A Conversation for Reconciliation - A Public Reading of the US Apology to Native Peoples
On December 19, 2012 I had the privilege of hosting a Public Reading of the Apology to Native Peoples of the United States in front of the US Capitol in Washington DC. This apology was buried in H.R. 3326, the 2010 Department of Defense Appropriations Act. It was signed by President Obama on Dec. 19, 2009 but was never announced, publicized or read publically by either the White House or the 111th Congress.
It was an honor to stand in front of our Nation's Capitol, with a diverse group of citizens, and communicate the "Apology to Native Peoples of the United States" to our elders, to Native communities and, to all US citizens throughout the United States. I am DEEPLY grateful to everyone to supported and encouraged this event and especially to those who were able to attend and stand with me in person. Ahe'hee.
- Public Reading of the US Apology to Native Peoples (November 17, 2012)
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View photos from the Public Reading of the Apology to Native Peoples of the United States on my Wirelesshogan blog
Summary of DC19Apology Event:
On December 19, 2012 we are hosting a public reading of the 2010 Department of Defense appropriations bill (H.R. 3326). Page 45 of this 67 page bill contains an apology to Native Americans on behalf of the citizens of the Unites States. This apology has never been clearly communicated to the nearly 5 million Native American citizens of this country!
Our mission is to invite our nation's citizens and leaders, as well as members of the global community, to gather at the US Capitol on December 19, 2012 and join our efforts to communicate as publically, as humbly and as respectfully as possible the contents of H.R. 3326 (and the apology enclosed therein) to the Native American tribes, communities and citizens of the United States of America.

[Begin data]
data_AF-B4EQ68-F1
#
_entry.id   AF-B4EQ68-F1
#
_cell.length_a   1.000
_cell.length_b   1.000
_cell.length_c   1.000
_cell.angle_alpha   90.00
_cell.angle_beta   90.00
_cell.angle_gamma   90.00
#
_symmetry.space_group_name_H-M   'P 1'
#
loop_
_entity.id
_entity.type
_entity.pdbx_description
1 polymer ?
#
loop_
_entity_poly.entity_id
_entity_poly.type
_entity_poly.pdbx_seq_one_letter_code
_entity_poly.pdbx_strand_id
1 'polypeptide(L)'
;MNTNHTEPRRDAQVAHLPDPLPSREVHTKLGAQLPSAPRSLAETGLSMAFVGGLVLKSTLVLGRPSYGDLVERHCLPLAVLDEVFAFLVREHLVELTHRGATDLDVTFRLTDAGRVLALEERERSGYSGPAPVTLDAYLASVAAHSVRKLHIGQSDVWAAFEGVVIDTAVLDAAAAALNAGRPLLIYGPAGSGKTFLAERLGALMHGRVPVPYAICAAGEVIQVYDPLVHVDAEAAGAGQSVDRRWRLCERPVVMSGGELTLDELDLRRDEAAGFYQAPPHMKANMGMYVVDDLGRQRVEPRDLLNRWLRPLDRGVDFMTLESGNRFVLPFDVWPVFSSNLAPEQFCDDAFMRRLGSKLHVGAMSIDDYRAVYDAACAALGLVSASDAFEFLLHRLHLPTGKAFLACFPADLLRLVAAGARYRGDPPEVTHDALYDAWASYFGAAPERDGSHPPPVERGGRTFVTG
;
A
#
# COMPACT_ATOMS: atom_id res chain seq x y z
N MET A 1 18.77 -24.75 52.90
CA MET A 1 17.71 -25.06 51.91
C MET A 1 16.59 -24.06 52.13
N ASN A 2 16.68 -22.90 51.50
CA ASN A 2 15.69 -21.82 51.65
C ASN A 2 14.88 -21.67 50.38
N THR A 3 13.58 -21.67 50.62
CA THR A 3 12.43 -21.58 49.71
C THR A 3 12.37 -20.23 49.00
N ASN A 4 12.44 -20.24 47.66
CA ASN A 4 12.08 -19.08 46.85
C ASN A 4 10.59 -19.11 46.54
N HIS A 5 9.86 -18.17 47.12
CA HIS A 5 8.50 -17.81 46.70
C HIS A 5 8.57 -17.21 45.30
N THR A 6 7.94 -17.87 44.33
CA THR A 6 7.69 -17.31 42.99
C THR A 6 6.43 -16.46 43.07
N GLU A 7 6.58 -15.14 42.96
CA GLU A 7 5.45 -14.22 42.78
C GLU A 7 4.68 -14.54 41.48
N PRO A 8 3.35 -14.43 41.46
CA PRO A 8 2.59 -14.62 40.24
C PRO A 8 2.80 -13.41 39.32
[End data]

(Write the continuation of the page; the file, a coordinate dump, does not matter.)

It is our hope that this event will establish safe and honest common ground where a national conversation for reconciliation between our country and Native America can begin.
500 Years of injustice, a silent Apology and Hollow Worship
When: 7 PM Wed, Nov. 13
Where: Messiah College: (Frey 110)
Contextualized Worship: Celebrating the Discomfort of our Diversity
When: 9:30 AM, Thurs. Nov. 14
Where: Messiah College (Hostetter Chapel)
Language of Adoption - (2011) When I left home for the Christian Community Development Association National Conference (CCDA - an association of Christian community developers who share similar values for Relocation, Reconciliation and Redistribution), I was not expecting to gain a grandmother. But God had other plans, and I think that, just maybe, the church is a little more reconciled because of it. (Read more)
In the books of Amos and Isaiah, God judges his people for not taking seriously his commands to live justly. He tells them that because they are not living justly he despises their feasts, he hates their festivals, and their music is like noise to him. Also, in the book of Matthew, Jesus teaches his followers that if they are at the altar ready to give their gift to the LORD and remember that a brother has something against them, they are to leave their gift at the altar, go and first be reconciled. Then they may return and give their gift.
Throughout Scripture, God uses many gifts to call his people back to him including healing, truth, prophesy, exhortation, and preaching. But it does not appear that worship is one of those gifts. In these teachings, God seems to be telling his people that worship (specifically celebration, praise and adoration) are gifts to be enjoyed only when they are living justly and in a right relationship with each other.
Ya'at'eeh. My name is Mark Charles.
I do not lead an organization nor do I work solely for a specific group, ministry or church.
I am merely the son of an American mother (of Dutch heritage) and a Navajo father who is living on our Navajo Reservation and trying to understand the complexities of our country's history regarding race, culture and faith so that I can help forge a path of healing and reconciliation for our people.
Blog posts about Navajo Culture and Language
A Laughing Party - The first time a Navajo baby laughs, the family throws a party. The person who made the baby laugh provides the food.
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